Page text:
Discovers why blacks riot.
An article from yesterday’s New York Times about the relative calm in Baltimore stumbled by accident onto something like the real reason why blacks were rioting. Near the famous burned-out CVS–the city had begged the company to “invest” in a dodgy neighborhood–the Times reporter found someone it identified as “Robert Wilson, a college student who went to high school in Baltimore.” The article concludes with Mr. Wilson’s explanation of why blacks rioted. He said nothing about Freddie Gray or police brutality. Instead, he said this:

We’re just angry at the surroundings–like this is all that is given to us?–and we’re tired of this, like nobody wants to wake up and see broken-down buildings. They take away the community centers, they take away our fathers, and now we have traffic lights that don’t work, we have houses that are crumbling, falling down.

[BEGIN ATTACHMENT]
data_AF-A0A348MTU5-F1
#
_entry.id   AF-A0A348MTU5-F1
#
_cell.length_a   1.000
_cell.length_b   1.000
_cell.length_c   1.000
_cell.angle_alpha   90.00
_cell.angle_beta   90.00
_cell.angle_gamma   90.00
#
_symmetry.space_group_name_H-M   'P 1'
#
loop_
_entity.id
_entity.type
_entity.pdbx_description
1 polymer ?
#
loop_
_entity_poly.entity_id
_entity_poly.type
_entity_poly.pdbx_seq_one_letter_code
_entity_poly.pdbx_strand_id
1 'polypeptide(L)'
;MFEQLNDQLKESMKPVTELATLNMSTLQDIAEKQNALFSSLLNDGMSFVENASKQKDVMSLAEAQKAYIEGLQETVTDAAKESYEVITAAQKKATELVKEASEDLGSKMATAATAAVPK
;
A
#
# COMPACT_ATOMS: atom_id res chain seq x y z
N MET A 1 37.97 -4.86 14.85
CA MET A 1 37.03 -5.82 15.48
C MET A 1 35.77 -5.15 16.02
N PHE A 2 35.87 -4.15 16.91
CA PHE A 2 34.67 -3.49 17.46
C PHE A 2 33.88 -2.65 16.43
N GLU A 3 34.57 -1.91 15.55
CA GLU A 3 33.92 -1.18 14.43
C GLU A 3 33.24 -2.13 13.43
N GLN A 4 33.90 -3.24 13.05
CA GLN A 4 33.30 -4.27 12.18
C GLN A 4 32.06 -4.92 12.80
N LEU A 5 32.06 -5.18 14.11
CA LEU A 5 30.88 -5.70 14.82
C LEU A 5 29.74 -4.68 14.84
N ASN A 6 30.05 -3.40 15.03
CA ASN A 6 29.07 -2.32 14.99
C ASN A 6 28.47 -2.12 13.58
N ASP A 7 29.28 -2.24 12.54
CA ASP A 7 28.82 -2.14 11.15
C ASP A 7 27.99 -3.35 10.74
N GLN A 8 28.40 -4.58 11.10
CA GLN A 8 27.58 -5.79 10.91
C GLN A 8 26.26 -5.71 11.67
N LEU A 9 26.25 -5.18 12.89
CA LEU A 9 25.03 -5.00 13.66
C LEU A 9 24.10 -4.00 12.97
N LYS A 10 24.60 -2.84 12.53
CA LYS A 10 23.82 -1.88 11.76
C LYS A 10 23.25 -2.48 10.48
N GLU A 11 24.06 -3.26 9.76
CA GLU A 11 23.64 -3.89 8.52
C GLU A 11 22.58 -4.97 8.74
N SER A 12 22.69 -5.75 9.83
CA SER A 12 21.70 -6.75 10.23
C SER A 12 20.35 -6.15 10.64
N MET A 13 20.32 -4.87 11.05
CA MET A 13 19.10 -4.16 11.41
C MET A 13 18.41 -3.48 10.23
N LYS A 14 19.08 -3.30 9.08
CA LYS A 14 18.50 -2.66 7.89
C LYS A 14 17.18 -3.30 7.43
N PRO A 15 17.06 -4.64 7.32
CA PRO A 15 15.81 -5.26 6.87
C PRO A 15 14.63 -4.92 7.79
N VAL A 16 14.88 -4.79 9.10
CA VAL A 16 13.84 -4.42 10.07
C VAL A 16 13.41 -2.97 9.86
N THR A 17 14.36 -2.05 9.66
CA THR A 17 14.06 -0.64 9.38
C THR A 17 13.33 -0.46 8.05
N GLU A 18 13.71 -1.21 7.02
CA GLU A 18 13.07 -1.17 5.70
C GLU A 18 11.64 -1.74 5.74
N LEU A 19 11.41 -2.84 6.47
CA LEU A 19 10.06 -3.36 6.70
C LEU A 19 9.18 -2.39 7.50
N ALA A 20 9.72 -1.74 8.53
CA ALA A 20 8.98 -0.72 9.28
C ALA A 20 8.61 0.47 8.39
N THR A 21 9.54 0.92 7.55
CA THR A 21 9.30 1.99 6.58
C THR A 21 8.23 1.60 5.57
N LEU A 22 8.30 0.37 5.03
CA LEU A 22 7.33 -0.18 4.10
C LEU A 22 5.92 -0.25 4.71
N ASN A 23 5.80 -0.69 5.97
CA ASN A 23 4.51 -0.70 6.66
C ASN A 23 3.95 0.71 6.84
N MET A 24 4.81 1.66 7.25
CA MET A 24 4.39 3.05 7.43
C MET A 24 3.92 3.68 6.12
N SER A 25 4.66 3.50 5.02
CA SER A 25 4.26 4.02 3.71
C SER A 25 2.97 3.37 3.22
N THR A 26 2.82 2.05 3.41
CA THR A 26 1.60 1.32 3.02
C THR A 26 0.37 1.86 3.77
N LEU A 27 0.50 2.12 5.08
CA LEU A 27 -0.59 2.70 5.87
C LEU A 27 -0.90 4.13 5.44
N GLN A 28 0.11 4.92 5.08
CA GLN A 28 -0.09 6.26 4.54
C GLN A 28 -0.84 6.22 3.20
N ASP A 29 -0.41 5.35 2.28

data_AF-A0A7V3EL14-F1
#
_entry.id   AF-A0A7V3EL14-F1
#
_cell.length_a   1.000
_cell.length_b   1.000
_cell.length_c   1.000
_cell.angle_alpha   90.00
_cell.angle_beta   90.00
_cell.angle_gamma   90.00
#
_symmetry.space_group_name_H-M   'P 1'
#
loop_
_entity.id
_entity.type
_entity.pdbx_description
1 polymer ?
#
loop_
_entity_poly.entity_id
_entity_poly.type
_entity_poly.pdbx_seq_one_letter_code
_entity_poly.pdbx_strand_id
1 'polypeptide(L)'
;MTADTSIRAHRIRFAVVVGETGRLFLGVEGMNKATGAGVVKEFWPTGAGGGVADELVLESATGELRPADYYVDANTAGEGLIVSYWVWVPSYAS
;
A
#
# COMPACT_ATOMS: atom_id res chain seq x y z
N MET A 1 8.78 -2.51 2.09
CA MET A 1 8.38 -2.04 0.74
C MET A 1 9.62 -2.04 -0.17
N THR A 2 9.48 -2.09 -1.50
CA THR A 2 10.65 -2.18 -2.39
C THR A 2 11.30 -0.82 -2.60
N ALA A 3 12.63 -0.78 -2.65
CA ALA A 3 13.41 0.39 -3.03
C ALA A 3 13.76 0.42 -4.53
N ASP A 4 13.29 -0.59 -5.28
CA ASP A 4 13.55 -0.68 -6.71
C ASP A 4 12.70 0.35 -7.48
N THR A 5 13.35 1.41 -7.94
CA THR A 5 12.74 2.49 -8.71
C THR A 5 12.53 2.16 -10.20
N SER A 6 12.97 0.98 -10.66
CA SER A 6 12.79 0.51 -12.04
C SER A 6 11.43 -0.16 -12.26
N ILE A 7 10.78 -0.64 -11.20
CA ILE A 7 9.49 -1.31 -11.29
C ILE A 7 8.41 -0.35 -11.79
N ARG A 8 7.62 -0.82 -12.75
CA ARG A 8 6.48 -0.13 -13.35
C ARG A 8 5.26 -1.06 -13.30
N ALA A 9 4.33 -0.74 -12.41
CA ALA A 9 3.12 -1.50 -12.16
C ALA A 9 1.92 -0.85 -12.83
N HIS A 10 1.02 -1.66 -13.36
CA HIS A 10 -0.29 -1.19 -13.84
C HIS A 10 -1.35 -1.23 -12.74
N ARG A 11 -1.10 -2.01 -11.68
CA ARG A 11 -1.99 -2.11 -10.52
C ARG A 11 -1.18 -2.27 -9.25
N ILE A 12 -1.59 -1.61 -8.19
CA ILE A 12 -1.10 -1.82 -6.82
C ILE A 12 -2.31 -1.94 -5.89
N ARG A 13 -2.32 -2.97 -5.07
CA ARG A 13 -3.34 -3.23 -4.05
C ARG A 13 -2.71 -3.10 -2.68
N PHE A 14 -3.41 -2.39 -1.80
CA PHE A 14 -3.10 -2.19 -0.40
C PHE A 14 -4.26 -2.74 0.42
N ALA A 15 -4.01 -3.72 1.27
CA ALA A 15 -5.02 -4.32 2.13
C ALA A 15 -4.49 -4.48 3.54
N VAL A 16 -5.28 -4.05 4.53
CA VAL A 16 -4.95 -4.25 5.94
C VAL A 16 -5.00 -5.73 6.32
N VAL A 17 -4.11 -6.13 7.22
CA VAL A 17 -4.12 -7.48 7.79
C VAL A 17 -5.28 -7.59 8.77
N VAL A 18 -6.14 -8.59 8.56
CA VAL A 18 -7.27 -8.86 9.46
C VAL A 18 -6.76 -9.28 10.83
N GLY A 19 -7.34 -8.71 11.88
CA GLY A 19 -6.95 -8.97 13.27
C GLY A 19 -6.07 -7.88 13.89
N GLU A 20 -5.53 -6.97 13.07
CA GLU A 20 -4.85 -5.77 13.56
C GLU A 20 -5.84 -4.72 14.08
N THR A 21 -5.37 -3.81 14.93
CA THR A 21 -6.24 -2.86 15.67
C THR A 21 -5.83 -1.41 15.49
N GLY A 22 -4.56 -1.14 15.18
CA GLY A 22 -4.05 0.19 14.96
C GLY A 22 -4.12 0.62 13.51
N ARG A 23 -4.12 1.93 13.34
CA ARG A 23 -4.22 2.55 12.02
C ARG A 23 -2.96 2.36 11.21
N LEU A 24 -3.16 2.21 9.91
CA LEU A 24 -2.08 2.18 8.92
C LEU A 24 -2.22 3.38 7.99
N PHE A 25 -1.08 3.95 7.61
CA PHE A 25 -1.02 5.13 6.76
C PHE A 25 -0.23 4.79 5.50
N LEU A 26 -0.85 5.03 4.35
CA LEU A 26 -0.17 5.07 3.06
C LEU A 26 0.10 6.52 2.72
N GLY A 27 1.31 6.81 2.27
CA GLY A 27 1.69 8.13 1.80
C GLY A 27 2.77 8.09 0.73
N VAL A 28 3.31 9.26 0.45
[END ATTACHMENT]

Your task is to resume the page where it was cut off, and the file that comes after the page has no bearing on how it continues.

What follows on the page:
After the riots in Baltimore in 1968, whites panicked and sold their property at desperation prices. Now, these houses are “broken down” because blacks didn’t maintain them. This pattern of white flight and “broken down” houses was repeated in Detroit, Philadelphia, Chicago, New York, Washington, St. Louis, Memphis, Atlanta, Birmingham, Jacksonville, and countless other American cities. Some of the best city housing in the world was handed over to blacks who wrecked it. Neighborhoods filled with irreplaceable architecture are now wastelands.

Mr. Wilson complains that “we have houses that are crumbling, falling down.” The remedy for crumbling houses is for the people who live in them to fix them, but instead, Mr. Wilson asks, “Is this all that is given to us?”

This quote almost perfectly captures the black mentality that leads to rioting. Blacks live in neighborhoods that they, themselves, have wrecked, and then ask, “This is all that is given to us?”